Maybe if we were served better, we wouldn't need to be protected so much.

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Thursday, August 16, 2007

No Ifs, Ands, or Buts -- They ALL Did It This Time

What's the going price for a murdered child?

After shaming publishers (and the public) over O.J.'s cynical attempt to milk the murder of his ex-wife and her friend Ron Goldman by writing a "novel" entitled IF I DID IT, the Goldman family, who sued successfully (and garnered much public support) to gain the rights to the much despised text, are going to publish it after all.

No, really.

Whether OJ did it or not, he's still a scumbag, for even thinking about writing such a book. But given their much publicized squabbling with O.J. over the years and their understandable efforts to block the book's publication last year so, by God, are the Goldmans. And anyone else involved in this.

Including the moral rubberneckers who will buy this book. No matter how much spin the Goldman's and their lawyers put on it.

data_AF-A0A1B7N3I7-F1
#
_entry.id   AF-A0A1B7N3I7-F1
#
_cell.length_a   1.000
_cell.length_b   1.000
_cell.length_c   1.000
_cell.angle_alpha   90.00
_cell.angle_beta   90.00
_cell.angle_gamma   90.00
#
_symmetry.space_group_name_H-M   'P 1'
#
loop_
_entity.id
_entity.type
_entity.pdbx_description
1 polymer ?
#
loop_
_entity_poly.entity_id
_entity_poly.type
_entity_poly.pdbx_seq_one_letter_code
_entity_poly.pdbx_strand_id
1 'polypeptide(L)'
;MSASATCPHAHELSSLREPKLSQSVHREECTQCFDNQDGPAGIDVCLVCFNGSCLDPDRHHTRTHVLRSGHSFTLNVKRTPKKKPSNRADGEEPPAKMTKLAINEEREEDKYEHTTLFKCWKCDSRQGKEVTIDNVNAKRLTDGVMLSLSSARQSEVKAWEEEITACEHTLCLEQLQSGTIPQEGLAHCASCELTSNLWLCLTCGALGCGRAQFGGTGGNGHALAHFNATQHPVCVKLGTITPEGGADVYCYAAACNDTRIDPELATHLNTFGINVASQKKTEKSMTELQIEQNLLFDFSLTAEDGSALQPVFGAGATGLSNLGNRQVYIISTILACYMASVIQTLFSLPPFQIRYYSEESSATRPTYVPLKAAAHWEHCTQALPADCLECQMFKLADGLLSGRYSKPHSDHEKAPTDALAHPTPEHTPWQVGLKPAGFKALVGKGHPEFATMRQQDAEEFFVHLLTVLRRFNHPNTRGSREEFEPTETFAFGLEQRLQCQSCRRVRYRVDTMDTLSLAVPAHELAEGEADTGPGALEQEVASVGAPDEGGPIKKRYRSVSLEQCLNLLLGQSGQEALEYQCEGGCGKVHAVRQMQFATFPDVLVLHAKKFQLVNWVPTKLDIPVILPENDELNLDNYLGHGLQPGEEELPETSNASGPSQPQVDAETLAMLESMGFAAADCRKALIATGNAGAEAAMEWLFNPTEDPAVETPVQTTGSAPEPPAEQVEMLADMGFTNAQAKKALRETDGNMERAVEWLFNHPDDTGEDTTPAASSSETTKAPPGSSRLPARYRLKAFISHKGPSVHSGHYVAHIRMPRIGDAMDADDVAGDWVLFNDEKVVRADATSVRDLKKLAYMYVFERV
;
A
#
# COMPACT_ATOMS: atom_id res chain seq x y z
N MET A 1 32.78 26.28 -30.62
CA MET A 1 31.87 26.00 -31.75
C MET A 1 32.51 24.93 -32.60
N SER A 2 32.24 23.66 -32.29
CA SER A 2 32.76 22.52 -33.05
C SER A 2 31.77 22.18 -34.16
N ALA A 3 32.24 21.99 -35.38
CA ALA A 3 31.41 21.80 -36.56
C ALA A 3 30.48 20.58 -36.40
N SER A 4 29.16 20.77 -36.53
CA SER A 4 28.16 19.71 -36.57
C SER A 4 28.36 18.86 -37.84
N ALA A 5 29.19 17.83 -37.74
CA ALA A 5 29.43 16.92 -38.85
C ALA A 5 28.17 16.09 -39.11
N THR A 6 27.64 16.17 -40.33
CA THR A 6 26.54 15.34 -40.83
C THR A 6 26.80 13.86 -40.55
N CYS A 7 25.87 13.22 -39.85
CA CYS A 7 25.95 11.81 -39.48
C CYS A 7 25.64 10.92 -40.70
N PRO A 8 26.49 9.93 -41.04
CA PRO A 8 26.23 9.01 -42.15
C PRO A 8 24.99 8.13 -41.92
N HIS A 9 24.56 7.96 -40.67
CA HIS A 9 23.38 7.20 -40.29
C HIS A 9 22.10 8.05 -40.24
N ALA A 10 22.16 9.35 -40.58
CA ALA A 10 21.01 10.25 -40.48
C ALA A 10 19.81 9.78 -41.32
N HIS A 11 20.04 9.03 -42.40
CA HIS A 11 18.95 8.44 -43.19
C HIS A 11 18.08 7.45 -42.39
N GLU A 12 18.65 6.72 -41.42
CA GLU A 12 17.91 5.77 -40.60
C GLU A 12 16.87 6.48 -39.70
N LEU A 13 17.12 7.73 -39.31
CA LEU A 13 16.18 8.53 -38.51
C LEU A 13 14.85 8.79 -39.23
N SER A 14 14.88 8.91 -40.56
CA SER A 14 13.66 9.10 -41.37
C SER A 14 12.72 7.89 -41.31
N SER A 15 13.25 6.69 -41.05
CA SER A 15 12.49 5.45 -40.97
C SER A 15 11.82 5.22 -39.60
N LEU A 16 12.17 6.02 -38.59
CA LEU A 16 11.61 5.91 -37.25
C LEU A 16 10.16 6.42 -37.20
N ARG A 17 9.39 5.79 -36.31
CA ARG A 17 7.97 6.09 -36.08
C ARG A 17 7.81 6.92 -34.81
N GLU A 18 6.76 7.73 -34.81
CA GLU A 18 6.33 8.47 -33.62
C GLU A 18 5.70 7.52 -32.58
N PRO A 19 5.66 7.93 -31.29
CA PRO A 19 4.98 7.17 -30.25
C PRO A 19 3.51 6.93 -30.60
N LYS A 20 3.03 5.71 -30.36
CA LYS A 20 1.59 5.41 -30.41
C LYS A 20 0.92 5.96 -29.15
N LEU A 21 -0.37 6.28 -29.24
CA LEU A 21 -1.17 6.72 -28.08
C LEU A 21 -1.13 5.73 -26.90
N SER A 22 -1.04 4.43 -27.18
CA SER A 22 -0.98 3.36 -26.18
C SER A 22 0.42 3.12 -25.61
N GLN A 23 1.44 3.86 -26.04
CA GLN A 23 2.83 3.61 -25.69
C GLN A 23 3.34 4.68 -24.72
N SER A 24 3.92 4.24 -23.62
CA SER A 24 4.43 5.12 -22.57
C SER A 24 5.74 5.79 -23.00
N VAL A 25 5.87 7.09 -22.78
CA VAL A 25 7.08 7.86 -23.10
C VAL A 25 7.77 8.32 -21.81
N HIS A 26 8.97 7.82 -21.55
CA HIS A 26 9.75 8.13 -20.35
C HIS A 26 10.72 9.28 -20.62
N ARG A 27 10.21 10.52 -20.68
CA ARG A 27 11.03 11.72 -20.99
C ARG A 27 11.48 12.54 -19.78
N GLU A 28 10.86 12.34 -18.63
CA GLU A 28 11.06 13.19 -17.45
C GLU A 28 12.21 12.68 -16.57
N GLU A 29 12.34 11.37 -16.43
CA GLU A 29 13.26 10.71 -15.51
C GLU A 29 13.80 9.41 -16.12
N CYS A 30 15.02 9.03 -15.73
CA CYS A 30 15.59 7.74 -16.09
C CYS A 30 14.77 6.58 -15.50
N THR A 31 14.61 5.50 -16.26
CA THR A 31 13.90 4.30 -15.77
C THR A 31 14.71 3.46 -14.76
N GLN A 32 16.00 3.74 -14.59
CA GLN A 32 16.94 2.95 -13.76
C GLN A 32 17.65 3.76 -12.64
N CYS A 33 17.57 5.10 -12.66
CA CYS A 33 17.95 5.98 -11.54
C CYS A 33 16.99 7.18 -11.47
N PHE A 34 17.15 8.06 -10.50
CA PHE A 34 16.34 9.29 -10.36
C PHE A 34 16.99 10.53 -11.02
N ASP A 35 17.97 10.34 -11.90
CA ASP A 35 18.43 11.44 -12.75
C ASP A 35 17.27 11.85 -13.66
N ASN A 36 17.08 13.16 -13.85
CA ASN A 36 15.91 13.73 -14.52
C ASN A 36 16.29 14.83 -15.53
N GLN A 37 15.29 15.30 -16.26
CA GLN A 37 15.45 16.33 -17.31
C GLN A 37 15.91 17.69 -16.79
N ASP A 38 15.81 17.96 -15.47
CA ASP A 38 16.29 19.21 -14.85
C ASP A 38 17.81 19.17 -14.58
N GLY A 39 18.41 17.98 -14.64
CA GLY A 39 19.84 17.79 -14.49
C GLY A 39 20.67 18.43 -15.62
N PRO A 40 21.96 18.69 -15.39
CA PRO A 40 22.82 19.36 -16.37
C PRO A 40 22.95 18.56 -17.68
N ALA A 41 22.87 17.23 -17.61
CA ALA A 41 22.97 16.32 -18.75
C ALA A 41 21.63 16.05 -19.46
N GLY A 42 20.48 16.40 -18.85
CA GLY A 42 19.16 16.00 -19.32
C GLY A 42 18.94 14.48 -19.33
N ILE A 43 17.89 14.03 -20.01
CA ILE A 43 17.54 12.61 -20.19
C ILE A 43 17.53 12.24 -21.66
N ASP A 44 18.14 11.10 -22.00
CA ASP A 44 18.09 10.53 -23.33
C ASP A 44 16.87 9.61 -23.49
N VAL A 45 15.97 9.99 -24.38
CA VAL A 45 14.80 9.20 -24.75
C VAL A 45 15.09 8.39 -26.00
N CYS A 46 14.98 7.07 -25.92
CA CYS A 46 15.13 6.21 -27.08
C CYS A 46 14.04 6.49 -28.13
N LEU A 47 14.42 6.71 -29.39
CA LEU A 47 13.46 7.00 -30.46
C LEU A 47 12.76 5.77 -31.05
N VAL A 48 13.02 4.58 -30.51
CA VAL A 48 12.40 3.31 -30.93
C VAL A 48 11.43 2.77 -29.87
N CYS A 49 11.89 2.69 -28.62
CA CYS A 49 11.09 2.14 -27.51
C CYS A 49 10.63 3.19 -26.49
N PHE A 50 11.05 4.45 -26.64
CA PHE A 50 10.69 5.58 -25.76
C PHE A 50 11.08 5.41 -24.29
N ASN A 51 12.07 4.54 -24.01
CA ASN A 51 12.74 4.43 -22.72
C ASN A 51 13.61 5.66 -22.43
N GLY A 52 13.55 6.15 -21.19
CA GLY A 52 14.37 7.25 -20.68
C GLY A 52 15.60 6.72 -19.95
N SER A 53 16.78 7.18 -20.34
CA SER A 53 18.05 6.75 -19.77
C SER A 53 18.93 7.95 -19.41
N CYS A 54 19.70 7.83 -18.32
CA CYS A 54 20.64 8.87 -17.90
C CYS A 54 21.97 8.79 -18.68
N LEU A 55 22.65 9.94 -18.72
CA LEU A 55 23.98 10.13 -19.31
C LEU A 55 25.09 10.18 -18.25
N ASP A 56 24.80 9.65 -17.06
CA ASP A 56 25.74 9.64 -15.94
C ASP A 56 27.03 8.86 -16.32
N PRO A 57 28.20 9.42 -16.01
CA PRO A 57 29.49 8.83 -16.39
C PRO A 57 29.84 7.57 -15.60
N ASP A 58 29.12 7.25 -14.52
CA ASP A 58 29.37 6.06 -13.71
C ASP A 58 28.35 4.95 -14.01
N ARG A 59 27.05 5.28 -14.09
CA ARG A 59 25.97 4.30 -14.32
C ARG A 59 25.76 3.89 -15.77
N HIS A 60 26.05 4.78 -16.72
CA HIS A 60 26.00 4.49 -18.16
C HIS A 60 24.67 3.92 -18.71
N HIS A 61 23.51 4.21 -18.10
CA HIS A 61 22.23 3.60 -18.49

Let's stop pretending. Maybe we should just scrap that silly "In God We Trust" slogan on the dollar bill and put something people can really get behind.

Something like "Fuck the moral high ground, let's cash in."

Or "Whatever it takes..."

Or "Everyone into the trough..."

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Wednesday, August 01, 2007

Ooops! I Did It Again...

Believe me, my intentions were pure.

It was all just supposed to be fun. Nobody's eye was supposed to be put out.

Or, er, left out.

I've been a fan of MYSTERY SCENE for years. Back in the eighties, when I hadn't even heard of Bouchercon and the existence of mystery bookstores seemed more like a cruel rumour more than anything. issues of MS were hard to come by, particularly in Montreal, but every now and then I'd stumble over a copy (in a magazine store or while visiting my sis in Toronto) and snatch it up. Believe me, I read and re-read those things from cover to cover.

It was in the pages of MYSTERY SCENE that my understanding of the possibilities of crime fiction and crime fiction fandom first took wing, as I discovered that there were other people out there, even writers I'd actually heard of, who were every bit as passionate (and possibly anal) as I was. But, of course, far more articulate.